Martinsville Bulletin, Inc.
P. O. Box 3711
204 Broad Street
Martinsville, Virginia 24115
Toll Free: 800-234-6575
Personal finance class now part of schools' curriculum
Ninth-graders (from left) Tyoshla Redd, Alexis Jamison and Nitaysha Mitchell log in to Virtual Virginia for their economics and personal finance class Aug. 27 at Martinsville High School. The course uses blended learning, or a combination of online learning modules with classroom instruction. (Contributed photo)
Monday, September 3, 2012
By ASHLEY JACKSON - Bulletin Staff Writer
As of this school year, high school students are required to take an economic and personal finance course as a state graduation requirement.
In the city schools, students are taking their economic and personal finance course through Virtual Virginia as well, according to Aji Dixon, principal at Martinsville High School.
The course is a graduation requirement for entering freshman this year and freshman classes that come after, Dixon said.
The Virtual Virginia curriculum supplements the instruction that teachers offer in class. It’s a “hybrid form of instruction” with Virtual Virginia professors providing instruction online and then teachers at the high school providing instruction as well, Dixon said.
Business department teachers are teaching the 127 students enrolled in the course this year, he added.
Last year, the high school used a program called EverFi, which is an interactive curriculum to help to increase students’ understanding of personal finances, how to write checks and what credit scores are, Dixon said. EverFi was offered to all students as an elective in the business department, he added.
EverFi also is being used some this year in conjunction with the Virtual Virginia course, Dixon said.
The financial literacy requirement is beneficial because “anything we can do to make our students to do better in life after high school, the better off our community will be,” Dixon said.
Starting next year, the Virginia Department of Education also will require students to take at least one virtual course to graduate. Through Virtual Virginia, students will be able to meet both requirements, Dixon said.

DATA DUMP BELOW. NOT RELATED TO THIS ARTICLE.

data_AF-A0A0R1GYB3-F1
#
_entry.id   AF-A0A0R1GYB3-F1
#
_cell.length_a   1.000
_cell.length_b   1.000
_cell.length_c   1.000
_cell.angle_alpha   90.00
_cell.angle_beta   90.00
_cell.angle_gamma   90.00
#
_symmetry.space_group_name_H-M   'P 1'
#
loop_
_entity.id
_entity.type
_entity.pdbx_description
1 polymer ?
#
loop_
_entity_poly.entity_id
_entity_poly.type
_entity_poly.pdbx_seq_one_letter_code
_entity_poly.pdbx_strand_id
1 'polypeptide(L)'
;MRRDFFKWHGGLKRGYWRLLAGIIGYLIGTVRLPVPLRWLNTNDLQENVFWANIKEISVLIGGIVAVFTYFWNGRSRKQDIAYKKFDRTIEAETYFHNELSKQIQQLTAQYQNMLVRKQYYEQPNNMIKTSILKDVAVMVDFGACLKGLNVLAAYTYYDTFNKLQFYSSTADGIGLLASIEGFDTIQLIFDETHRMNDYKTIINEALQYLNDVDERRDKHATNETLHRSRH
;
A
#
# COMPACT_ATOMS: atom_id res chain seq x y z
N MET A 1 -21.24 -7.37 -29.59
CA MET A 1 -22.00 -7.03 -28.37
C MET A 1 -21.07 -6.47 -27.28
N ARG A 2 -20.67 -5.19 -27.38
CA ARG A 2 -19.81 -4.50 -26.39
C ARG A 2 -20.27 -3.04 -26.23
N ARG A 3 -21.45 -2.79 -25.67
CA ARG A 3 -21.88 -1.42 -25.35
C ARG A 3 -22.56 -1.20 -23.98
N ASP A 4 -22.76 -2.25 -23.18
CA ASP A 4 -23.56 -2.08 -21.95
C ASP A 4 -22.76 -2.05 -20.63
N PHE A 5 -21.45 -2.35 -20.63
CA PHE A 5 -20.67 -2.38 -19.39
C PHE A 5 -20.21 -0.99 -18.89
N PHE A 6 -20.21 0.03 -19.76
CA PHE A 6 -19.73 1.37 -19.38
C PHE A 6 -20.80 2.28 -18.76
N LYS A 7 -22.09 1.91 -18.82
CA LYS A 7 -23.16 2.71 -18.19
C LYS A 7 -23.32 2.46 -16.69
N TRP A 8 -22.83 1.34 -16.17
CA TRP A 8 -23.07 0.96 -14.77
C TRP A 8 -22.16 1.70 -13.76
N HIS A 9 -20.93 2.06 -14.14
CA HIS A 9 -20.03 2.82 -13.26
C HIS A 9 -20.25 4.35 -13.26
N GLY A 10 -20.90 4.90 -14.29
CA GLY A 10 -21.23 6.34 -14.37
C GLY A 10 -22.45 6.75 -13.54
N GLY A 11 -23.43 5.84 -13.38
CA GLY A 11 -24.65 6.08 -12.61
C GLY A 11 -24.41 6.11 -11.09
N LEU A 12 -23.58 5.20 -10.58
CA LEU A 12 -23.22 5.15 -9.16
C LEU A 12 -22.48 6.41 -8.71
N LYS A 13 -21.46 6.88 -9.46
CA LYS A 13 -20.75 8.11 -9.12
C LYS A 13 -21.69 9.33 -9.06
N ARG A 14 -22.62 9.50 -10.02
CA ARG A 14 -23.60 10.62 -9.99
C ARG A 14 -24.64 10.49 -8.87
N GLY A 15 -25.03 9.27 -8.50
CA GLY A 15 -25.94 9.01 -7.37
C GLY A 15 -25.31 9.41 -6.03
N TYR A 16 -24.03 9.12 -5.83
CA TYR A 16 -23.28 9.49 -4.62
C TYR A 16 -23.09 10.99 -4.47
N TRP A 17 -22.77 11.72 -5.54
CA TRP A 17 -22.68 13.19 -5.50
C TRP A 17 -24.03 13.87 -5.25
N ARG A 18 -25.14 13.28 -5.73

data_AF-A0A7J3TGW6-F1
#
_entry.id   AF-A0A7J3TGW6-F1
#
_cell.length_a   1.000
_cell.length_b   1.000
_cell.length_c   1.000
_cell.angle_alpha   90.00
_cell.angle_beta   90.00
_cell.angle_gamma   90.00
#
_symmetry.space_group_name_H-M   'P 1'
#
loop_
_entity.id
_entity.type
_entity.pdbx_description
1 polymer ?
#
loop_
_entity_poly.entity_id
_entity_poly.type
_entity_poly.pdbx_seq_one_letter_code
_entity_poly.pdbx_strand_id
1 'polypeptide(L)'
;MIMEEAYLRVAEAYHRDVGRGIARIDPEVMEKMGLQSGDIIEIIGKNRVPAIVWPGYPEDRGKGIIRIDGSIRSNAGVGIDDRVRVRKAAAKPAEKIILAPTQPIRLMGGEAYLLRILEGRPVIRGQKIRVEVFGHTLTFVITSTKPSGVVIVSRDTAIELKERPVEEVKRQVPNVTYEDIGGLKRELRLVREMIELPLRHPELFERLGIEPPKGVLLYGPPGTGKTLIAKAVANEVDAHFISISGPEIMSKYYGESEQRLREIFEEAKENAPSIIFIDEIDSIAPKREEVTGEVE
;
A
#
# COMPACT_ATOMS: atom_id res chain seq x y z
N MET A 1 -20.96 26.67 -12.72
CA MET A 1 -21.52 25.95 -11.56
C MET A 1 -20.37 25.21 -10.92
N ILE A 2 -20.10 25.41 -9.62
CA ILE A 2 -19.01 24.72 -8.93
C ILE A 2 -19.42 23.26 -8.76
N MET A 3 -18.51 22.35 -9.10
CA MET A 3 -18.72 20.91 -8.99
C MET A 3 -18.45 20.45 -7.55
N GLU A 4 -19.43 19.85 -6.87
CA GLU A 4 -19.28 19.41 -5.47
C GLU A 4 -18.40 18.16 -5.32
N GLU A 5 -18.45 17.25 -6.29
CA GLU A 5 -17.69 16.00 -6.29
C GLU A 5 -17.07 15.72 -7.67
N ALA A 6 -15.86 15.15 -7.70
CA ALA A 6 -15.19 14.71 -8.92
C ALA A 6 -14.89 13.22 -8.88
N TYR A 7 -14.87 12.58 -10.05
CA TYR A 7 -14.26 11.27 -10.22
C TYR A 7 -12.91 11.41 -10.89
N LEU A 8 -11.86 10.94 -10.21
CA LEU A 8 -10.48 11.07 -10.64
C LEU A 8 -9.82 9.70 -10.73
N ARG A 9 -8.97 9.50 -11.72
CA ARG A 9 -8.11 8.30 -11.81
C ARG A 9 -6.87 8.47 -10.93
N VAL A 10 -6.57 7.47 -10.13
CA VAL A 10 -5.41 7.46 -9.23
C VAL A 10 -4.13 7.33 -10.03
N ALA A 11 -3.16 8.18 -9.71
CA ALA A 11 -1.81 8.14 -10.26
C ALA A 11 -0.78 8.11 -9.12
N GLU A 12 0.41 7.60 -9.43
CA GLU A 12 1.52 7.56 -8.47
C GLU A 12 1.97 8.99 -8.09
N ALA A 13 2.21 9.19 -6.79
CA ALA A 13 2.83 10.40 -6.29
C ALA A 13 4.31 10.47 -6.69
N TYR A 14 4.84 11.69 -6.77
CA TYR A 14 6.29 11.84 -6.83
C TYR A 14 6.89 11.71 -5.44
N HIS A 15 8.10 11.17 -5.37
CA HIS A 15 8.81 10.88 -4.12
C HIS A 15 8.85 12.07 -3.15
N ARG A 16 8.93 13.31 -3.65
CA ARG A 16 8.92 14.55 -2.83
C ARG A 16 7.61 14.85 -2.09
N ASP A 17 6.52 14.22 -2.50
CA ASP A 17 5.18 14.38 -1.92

In Henry County Schools, the semester-long course is being taught in a traditional classroom setting. Social studies, marketing and business teachers are certified to teach the course and were trained over the summer in preparation for the new requirement this year, said Superintendent Dr. Jared Cotton.
Entering ninth and tenth graders are required to take the course before graduating; current juniors and seniors are not required, Cotton said.
The students can take the course at any point during their high school years, but the school system is encouraging them to take the course during their 10th-grade year so that students are not scrambling at the last minute to take the course when they are seniors, Cotton said.
Currently, 251 students are enrolled in the course with a majority of them being 10th-graders, according to Cotton.
The online option for the course is being looked into for the future as the school system looks to expand online course opportunities for students overall, Cotton said.
The course teaches “workplace readiness skills that our students need to have,” he said.
The state did not provide additional funding for the course, but the school system had time to prepare for its implementation, Cotton said.
Prior to the requirement, financial lessons were taught in certain career and technical education courses, but not all students participated. The requirement “ensures that all students have the experience” of learning those skills, Cotton said.
Also, economic and personal finance concepts were taught previously in math and social studies courses, but the new course is “much more on the application” of the concepts with students developing their own budget plan and learning to manage their own money, Cotton said.
In Patrick County Schools, the students take the semester-long course online through Virtual Virginia, according to Moriah Dollarhite, principal at Patrick County High School.
The students complete the online curriculum with a Patrick County High School teacher present as a facilitator during the class, Dollarhite said.
Two teachers were trained as facilitators through training offered by the state, she added.
In the class, students learn about budgeting, banking, insurance, taxes, how credit works, investing and how to live independently, Dollarhite said.
The entering freshmen class (and those hereafter) is required to take the course before graduating; students currently in the other grade levels are not required to take the course, but it is offered to 10th-graders as an elective, Dollarhite said.
Dollarhite feels that the course requirement is a step in the right direction because students need to know the basics for financial decisions before entering adulthood, she said. Learning how to save money and budget for the future are “good skills to have,” she added.
Also, by offering the course online, it’s a good opportunity for students to become accustomed to the online class format, which they may experience in college, Dollarhite said.